62. 62. ANTIPHOSPHOLIPID SYNDROME  The antibodies are directed against cardiolipin(s) or against phospholipid-binding proteins such as B2- glycoprotein  Women with moderate-to-high levels of these antibodies may have antiphospholipid syndrome, which is defined by a number of clinical features such as thromboembolism or recurrent early trimester unexplained fetal deaths.  It is found to be associated with 3.4% of early pregnancy loss
    63. 63.  It is postulated that they may interfere with the normal function of phospholipids or phospholipid- binding proteins involved in coagulation regulation, including prothrombin, protein C, annexin V, and tissue factor. Many of these antibodies are directed against b2-glycoprotein I, which may itself function as a natural anticoagulant
    64. 64. CONCLUSION  Blood coagulation is a major component of haemostasis. Increased Coagulation factors levels in pregnancy is meant to minimize blood loss at time of delivery  This haemostatic mechanism could fail risking patient’s life  Thrombocytopenic coagulation failure and DIC syndrome are the most commonly seen in obstetric practice  Congenital causes of coagulation failure are uncommon and usually already diagnosed prior to pregnancy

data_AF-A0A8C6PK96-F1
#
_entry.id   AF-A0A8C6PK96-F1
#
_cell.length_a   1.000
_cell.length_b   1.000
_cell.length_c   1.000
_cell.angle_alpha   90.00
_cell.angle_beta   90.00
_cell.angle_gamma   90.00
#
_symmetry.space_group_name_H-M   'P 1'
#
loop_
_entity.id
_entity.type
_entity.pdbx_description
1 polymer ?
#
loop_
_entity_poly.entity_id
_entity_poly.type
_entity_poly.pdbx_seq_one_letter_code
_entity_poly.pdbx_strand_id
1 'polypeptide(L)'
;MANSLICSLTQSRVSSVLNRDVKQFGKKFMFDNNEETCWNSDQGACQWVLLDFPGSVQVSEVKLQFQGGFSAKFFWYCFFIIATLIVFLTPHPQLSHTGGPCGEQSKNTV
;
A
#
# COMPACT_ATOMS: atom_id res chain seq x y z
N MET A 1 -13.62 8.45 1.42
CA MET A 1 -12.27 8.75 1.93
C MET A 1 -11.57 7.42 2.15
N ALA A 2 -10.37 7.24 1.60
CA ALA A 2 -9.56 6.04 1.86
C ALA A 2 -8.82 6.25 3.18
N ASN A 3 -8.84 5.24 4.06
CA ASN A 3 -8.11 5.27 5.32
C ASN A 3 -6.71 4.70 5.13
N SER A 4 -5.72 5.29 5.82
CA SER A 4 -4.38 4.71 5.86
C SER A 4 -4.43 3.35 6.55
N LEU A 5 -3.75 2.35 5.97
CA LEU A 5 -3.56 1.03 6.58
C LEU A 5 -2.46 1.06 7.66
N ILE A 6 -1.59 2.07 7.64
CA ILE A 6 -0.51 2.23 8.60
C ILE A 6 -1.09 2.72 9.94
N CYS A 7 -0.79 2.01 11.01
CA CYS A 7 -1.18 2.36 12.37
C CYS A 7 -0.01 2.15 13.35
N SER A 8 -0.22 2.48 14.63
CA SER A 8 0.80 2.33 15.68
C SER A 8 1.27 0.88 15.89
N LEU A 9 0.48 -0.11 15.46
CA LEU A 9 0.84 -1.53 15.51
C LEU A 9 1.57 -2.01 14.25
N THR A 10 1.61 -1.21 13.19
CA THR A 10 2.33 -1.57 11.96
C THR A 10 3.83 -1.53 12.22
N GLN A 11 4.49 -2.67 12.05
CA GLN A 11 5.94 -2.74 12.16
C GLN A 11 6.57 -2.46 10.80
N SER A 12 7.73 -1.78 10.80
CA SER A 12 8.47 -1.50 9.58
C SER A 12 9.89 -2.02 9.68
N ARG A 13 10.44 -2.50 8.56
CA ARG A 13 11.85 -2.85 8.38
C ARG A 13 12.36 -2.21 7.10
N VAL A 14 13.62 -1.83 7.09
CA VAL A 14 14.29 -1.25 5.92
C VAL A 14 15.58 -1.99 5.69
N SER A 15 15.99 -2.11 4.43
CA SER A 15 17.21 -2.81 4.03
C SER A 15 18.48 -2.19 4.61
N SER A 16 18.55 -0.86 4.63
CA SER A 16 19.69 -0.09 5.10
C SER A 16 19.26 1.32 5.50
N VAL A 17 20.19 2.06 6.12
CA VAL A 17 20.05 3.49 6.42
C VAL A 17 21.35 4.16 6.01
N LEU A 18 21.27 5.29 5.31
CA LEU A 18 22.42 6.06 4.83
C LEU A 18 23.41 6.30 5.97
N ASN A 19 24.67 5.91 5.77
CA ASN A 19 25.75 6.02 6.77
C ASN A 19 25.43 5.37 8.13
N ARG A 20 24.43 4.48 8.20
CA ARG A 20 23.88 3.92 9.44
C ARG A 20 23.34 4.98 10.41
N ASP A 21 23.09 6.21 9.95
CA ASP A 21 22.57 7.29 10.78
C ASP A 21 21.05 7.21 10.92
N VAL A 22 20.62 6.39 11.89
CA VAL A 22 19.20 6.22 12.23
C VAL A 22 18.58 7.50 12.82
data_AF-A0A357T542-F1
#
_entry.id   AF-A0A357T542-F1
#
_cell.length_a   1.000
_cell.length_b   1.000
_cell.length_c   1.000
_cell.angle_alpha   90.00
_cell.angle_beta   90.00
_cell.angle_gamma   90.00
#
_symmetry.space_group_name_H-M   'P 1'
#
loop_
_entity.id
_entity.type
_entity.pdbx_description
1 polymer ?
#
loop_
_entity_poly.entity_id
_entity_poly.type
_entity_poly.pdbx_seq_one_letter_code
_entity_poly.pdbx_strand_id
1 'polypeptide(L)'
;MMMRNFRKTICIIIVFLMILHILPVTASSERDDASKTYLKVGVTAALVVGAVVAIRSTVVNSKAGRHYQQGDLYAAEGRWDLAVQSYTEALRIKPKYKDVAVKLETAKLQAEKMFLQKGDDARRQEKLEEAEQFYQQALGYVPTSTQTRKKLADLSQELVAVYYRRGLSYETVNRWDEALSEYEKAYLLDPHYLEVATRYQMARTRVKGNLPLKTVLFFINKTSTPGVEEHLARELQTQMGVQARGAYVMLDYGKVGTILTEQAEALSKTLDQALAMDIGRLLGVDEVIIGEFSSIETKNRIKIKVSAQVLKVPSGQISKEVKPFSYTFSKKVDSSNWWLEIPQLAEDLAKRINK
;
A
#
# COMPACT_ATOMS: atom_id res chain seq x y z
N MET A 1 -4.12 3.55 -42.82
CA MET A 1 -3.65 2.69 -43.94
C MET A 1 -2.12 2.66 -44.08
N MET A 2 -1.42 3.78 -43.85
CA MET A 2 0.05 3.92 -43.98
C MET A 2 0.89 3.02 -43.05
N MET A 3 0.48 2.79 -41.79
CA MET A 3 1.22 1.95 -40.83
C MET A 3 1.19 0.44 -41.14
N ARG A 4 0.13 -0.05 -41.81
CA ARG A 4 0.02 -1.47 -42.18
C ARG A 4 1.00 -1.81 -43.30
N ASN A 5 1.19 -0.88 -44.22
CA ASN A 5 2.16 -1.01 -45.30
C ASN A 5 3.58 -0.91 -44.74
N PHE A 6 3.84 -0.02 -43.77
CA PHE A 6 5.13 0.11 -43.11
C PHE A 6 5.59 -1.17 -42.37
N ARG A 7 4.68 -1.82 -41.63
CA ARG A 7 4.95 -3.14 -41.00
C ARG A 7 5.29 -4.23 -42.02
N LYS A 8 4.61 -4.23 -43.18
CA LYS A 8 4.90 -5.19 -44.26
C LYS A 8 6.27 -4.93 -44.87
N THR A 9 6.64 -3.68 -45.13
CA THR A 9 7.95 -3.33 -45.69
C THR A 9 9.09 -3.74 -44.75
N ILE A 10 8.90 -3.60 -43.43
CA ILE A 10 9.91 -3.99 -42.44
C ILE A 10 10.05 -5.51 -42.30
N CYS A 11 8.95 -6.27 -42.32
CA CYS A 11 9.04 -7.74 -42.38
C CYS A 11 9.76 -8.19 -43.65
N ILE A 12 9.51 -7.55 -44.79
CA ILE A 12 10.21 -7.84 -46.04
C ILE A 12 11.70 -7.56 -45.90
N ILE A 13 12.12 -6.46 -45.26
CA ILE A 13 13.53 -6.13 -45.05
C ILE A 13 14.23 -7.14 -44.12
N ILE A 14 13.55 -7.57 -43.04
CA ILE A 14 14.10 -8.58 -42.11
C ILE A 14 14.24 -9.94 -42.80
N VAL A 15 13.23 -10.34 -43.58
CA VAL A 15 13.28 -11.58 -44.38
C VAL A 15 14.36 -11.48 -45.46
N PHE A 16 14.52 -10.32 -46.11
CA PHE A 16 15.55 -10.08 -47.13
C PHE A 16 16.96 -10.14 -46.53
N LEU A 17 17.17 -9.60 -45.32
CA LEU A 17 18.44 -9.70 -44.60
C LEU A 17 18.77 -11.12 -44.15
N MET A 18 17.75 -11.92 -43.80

65. 65.  DIC syndrome is always secondary to an underlying pathology  If diagnosis of DIC is missed or appropriate action is delayed it can cause serious maternal morbidity or even death  Platelet transfusion and coagulation factor replacement or fresh blood transfusion are the main stay of treatment besides other supportive therapy  Use of heparin is controversial . Haematologist opinion should be sought before it’s use.
    66. 66. References  Robbins and Cotran 8th edition  Dacie and Lewis Practical Hematology 10th edition  Williams Obstetrics 23rd edition  Uptodate, emedicine  Various Websites
    67. 67. Thank You
    68. 68. ITP  it is certainly not unusual for women who have been in clinical remission for several years to have recurrent thrombocytopenia during pregnancy. Although this may be from closer surveillance, hyperestrogenemia has also been suggested as a cause  Platelet-associated IgG antibodies cross the placenta and may cause thrombocytopenia in the fetus- neonate  Payne and colleagues (1997) studies of maternal ITP showed that 12 percent of newborns had severe thrombocytopenia